The "I Give Up!" Pattern

The "I Give Up!" Pattern


At some point in the past year, I became aware of a pattern of thinking and behaving that I'd been displaying for decades, possibly most of my life. This is the structure of that pattern: I get my hopes and dreams set on a particular goal or outcome. I visualize it, imagine it, fantasize about it, dream about it, and invest a tremendous amount of emotional energy into it. (This is not necessarily a problem in itself, but it was an important part of the pattern.)

I begin taking steps toward achieving that particular outcome. (Again, not a problem in itself.)

Along comes an obstacle or a setback and I am completely waylaid, flattened, totally undone. Sometimes I would be so devastated that I would be unable to get out of bed for a week, obliterated by despair. Depending on the circumstances, I would eventually make a recovery and get back on my feet -- literally and psychologically. If I saw a strategy for moving forward and continuing to pursue the outcome I'd set my sights on, I would initiate that strategy. If not, I might give up altogether.

My response wasn't black or white; rather, it was on a spectrum, depending on the variable of each situation. But two things I can say for sure are that it severely hindered my success in life because it slowed me down, wasted resources, and sometimes stopped me cold in my tracks; and for most of my life -- up until this past year -- this pattern was invisible to me.

How I finally became aware of the pattern is complex, though, I definitely credit my training in non-violent communication because it taught me the power of self-empathy and mourning. By using the processes of self-empathy and mourning, I was able to step back a bit and see that "being devastated" was in response to the story I was telling myself, not the actual facts. My depressed response of curling into myself like a sowbug was a defensive mechanism, but also a habitual, addictive behavior, a means of escape. Although I had quit drinking alcohol and smoking cigarettes 19 years earlier -- effectively removing the toxic chemicals -- I never learned how to remove or neutralize the toxic behaviors and thought patterns until NVC taught me how.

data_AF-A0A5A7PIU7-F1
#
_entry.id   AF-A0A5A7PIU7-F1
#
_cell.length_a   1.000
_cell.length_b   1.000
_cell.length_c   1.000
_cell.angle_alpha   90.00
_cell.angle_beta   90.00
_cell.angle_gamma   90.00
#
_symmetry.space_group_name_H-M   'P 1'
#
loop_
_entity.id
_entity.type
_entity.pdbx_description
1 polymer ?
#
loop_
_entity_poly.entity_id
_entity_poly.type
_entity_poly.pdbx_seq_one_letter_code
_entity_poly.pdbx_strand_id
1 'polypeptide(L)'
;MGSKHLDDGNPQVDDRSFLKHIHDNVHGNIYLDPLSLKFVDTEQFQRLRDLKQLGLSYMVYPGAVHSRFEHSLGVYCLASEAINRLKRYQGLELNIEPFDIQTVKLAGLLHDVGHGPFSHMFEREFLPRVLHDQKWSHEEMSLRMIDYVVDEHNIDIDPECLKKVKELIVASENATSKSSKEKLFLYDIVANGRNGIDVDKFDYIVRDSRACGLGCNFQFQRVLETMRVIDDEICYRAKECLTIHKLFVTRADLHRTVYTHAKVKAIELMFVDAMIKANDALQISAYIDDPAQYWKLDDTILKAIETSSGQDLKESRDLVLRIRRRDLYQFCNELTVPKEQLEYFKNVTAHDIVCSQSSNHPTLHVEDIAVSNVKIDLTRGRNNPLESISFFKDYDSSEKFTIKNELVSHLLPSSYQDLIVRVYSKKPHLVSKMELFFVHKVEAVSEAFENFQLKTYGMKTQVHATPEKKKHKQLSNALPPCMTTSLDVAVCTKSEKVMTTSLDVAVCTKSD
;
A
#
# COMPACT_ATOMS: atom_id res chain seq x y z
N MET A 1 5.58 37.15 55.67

Once I recognized the pattern, I realized something profound: Most people, when they set a goal and take steps toward accomplishing it, expect to encounter obstacles and setbacks. They understand that it is a natural part of human life on planet earth. They are not living in the delusion of "magical thinking" (which, by the way, I've heard is typical of adult children of alcoholics). The idea underlying magical thinking is that "if only I am good enough, perfect enough, and do everything right then all will work out well." The other side of this thinking is that "if things don't work out then I must be fundamentally flawed and worthless."

If one approaches a goal with the understanding that setbacks and obstacles are a natural part of the process -- like solving a puzzle -- one will take them in stride and not be undone by them. This actually saves time and resources and leads to more successful outcomes.

When summer arrived, I had opportunities to spend time with both of my parents (separately) and observed these patterns in both of them. When either experienced an inability to meet authentic needs, they turned immediately to their addictions for comfort. One of my parents experienced a significant setback and went immediately to the addiction, then talked about how "my life-long dream has been taken from me; my heart has been ripped out; I give up!"

I did my best to listen, reflect back, and offer empathy, but it was clear to me that this event might lead to years of "giving up," whereas someone else would simply re-adjust to the new information and continue moving forward.

My proverbial jaw dropped as I watched this pattern unfold. I had even described this same pattern in myself two days earlier, but my parent couldn't see the connection. It was still invisible and unbelievably powerful.

So, I let it go. We cannot teach others what they aren't ready to see, but the lesson was not lost on me. I can see very clearly where my patterns originated. I'm not saying that as a way to blame anyone. I'm just pointing out that we all have habitual patterns of thinking, feeling, and behaving, our go-to strategies for meeting needs that are sometimes "tragic and suicidal."

The benefit of NVC is that it offers a new strategy that I find to be significantly more effective. I hope that you, too, have found this to be true. It doesn't necessarily happen overnight, but with committed persistence, it is possible to reshape the way we interact with life events. I can honestly say that NVC has given me a strategy that always meets my needs, particularly the need for emotional resilience, which means I spend a lot more time in joy, fulfillment, and gratitude.


Send Evon A Privite Comment